Thursday, October 3, 2013

Trials and (Tiny) Triumphs

Today is October 3rd. Can we talk about this for a minute? When did this happen? Since when I have been in Namibia for 10 months? Nobutreally...

This week I came to the realization that although I have been officially teaching for more than a year, I have not completed a full year of teaching. This means that this is my first experience with the serious condition known as end-of-the-year-itis, and this wretched disease is wearing me down. Let me paint a picture for you. It's hot. Over 100 degrees hot, every day. Sun beating down so hard I can feel my skin burning just walking between classes. Even the breeze is hot. The kids are a bizarre mix of drowsy and full of energy. No one can pay any attention to a thing I am saying, but they have an extreme fascination with the group of students standing outside across the schoolyard. The are tired of learning and I'm tired of trying to get them to learn. The following conversation I had with a learner upon entering my last period math class pretty much sums up this time of year:

Me: "Afternoon everyone! How are you?"
Learner: "Miss can we watch a movie today?"
Me: "No. Ok take out your notebooks!"
Learner: "Why not?"
Me: "Do you want to pass your exam?"
Learner: "Yeah."
Me: "Then we need to learn math."

I'm not sure what gave him the idea that I would ever possibly say yes, especially since I've been reminding them daily that they have to keep working hard for these last few weeks so they can be prepared for the exams, but there it is. 

The end of the year also means an increased level of chaos around the school. The grade 10 and 12s have already started exams, which means that learners are now stationed in their rooms while teachers rotate, many classes have had to move rooms to accommodate for testing rooms and camping rooms (the 10 and 12s live at the school during exams) and the timetable has been interrupted. All this combined with a collective need on the part of teachers to fit in every spare minute with learners means that no one ever knows where they should be at any given time. Lovely. 

However, the end of the year has not come without its share of successes. When I can manage to get my learners to pay attention, it seems that they are really learning some things. My grade 9s (many of whom started the year at around a grade 6 level, at best) are starting to improve a little. I have begun doing Mad Minutes (remember those from elementary school?) with them and they are slowly but surely losing their dependence on calculators for basic calculations. Not only that, but they actually enjoy doing it because they can see the improvement too! And ending the year with a geometry unit means that all my extremely visual/concrete learners can experience an increased level of understanding and success right before exam times when a confidence boost is crucial. 

In science we have been working on physics and my personal love for the subject is shining through. I've added lots of activities and topics to the syllabus simply because I just think they're so cool! (Who doesn't love a good Free Falling Bodies experiment?) The kids are getting so much better at doing hands on activities and and learning to predict and use their critical thinking skills. It's pretty cool. Also, I've officially got them hooked on the Magic School Bus to the point where they attempt to sing the theme song any time they see me. (Wait, does this mean I've become Miss Frizzle?! Dream. Realized.)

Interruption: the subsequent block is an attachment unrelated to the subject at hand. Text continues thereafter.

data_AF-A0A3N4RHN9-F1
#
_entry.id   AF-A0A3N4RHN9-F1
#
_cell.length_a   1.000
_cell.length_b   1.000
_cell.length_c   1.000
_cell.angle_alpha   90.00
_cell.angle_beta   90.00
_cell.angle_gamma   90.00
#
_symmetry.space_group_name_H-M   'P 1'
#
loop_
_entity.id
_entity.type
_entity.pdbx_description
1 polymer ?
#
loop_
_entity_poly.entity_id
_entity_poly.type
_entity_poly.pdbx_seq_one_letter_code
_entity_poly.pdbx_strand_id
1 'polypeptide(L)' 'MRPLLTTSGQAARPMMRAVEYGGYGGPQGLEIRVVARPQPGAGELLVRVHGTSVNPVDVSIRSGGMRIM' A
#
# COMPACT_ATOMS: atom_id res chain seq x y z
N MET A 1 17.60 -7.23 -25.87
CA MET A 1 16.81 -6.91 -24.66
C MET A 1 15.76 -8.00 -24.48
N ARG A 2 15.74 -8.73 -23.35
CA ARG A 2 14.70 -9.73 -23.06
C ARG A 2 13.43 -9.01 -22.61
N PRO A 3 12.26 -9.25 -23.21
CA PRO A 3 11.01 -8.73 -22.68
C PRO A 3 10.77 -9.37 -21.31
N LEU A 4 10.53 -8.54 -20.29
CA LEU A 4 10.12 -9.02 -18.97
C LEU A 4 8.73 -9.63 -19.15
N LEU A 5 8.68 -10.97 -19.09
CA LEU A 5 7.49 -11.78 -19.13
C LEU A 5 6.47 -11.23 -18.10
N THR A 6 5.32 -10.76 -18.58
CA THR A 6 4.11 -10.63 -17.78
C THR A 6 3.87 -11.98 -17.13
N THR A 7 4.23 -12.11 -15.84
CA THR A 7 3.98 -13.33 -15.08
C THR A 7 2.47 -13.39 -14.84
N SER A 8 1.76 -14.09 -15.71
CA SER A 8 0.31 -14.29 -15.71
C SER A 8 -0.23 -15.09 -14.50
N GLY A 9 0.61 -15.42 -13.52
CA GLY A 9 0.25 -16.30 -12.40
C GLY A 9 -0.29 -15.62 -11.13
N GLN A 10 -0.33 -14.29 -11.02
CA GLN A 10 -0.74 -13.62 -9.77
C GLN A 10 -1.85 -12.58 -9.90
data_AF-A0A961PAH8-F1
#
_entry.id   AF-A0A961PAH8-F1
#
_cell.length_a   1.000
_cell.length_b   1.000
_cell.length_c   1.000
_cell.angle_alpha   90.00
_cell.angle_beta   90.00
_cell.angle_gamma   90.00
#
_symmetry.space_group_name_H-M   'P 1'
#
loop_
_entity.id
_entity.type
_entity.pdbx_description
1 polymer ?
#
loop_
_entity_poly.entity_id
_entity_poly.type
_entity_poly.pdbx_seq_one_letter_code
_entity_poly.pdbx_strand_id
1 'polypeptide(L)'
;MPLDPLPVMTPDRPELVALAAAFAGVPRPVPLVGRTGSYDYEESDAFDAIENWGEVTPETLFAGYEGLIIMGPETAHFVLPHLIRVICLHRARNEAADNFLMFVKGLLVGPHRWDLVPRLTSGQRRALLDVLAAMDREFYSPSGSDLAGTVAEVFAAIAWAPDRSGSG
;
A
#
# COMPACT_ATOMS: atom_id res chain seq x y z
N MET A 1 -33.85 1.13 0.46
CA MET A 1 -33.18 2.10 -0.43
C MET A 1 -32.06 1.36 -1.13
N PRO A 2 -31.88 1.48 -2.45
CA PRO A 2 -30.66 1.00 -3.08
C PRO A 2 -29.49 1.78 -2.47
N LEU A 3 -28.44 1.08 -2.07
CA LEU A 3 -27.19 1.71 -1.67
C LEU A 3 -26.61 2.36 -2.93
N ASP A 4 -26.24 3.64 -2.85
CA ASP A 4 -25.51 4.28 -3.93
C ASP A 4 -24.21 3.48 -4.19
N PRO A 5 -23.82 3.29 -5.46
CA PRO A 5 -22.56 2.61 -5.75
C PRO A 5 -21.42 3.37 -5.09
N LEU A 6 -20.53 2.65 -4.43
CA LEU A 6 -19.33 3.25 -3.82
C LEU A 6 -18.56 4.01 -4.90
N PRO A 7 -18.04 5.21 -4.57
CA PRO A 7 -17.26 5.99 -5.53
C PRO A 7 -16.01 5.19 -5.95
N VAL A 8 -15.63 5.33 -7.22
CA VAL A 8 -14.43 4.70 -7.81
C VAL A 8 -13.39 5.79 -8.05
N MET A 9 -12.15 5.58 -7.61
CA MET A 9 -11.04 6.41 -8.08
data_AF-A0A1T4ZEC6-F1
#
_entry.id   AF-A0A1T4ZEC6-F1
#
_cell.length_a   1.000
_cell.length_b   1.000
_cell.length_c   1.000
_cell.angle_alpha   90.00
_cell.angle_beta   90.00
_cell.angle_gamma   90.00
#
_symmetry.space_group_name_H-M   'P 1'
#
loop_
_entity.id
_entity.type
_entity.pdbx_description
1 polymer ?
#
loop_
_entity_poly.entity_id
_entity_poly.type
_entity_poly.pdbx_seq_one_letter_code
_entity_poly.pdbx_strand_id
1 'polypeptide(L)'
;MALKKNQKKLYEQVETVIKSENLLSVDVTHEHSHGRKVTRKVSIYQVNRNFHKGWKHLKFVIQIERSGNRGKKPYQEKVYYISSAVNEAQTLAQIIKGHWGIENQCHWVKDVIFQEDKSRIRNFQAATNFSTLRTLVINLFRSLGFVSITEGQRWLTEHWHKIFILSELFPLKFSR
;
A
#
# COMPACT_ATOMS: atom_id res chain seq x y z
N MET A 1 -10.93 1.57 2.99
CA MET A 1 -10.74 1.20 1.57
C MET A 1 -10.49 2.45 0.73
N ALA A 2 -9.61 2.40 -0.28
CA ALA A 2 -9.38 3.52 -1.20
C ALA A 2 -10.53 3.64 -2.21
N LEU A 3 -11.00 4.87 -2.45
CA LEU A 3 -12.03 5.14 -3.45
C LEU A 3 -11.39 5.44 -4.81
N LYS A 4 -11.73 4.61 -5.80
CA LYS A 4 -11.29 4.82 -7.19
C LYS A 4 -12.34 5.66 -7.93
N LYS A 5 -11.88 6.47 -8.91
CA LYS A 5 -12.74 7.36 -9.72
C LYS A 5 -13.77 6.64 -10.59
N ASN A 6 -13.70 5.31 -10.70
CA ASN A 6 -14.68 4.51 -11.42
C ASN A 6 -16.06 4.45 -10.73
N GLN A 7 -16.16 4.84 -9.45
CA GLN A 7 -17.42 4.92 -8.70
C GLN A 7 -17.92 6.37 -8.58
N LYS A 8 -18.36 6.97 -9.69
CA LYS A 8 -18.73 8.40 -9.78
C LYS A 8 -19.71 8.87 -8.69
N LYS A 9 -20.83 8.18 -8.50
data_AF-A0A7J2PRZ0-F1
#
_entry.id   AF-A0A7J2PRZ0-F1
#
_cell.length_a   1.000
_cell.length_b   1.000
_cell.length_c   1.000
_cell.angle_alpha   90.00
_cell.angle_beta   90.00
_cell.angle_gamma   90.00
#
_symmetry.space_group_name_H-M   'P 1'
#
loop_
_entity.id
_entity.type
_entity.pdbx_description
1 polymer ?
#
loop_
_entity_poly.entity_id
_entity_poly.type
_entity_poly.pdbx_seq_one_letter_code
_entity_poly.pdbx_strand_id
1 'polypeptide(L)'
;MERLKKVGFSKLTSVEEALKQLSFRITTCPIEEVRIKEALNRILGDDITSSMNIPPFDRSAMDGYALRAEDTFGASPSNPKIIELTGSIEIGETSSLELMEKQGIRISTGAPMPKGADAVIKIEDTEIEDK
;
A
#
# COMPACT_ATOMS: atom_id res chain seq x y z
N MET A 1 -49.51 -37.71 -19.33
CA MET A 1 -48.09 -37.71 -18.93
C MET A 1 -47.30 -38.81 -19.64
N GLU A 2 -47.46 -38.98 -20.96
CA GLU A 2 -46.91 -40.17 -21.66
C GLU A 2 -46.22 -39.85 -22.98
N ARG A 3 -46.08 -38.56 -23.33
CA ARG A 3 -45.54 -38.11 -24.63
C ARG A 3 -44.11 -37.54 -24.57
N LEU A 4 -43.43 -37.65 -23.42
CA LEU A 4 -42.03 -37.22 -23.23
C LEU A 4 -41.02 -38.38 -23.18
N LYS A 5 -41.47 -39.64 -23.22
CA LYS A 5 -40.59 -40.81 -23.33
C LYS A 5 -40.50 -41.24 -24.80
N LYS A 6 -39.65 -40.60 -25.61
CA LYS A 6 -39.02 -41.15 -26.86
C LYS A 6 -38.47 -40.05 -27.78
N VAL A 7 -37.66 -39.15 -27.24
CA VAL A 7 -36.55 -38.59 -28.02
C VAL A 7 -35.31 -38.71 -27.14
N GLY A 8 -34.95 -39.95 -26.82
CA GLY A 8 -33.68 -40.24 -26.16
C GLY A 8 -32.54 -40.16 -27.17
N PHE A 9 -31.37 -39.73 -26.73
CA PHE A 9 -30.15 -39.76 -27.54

In the computer lab, we've finally started getting some of the equipment sorted out and functioning properly, including the Classroom Management software for the laptops. This means I can monitor them all from my computer at the front, control their computer if they need help, and disable all the computers momentarily with a click of a button when I need their attention. Of course, I could have used this ten months ago, but better late then never right?

And the last thing that's been boosting my spirits a little is the success of Girls Club, which has been officially renamed Women's Health and Education Project. (WHEP might not be quite as catchy as WHEN, but they picked it themselves!) Each week, about 20 girls gather in my room for a discussion on whatever topic I've decided to talk about that week (they are free to suggest things, but so far no one has...) We've had some interesting discussions on teenage pregnancy, women' rights, and what it means to be a woman. Although they're still extremely shy so the discussion usually turns in to me talking, it's been so interesting to hear about these issues from their point of view. It's been an interesting challenge to try to open their minds to new thoughts and ideas without disrespecting their traditions and culture. Their worldviews are so limited that a lot of what I have been talking about is brand new to them. They are still so afraid to speak their mind which can be frustrating, but also helps to remind me of why I started the club in the first place. I'm excited to see what progress I can make in the next couple of months. My only regret is that I wasn't able to start this Term 1.

Well hopefully this has been a satisfying update for you all. It's hard to believe that my experience is drawing to a close and I'll be home in just over two short months, but there it is. I'm hoping that I'll be posting a bit more often this term with end-of-the-year happenings and just general thoughts, feelings, and emotions so stay tuned for that. In the meantime, I'd LOVE if people in the education community can keep your ears open for any potential long-term sub openings for when I return. It'd be great to have a steady income again...
Love and miss you all!

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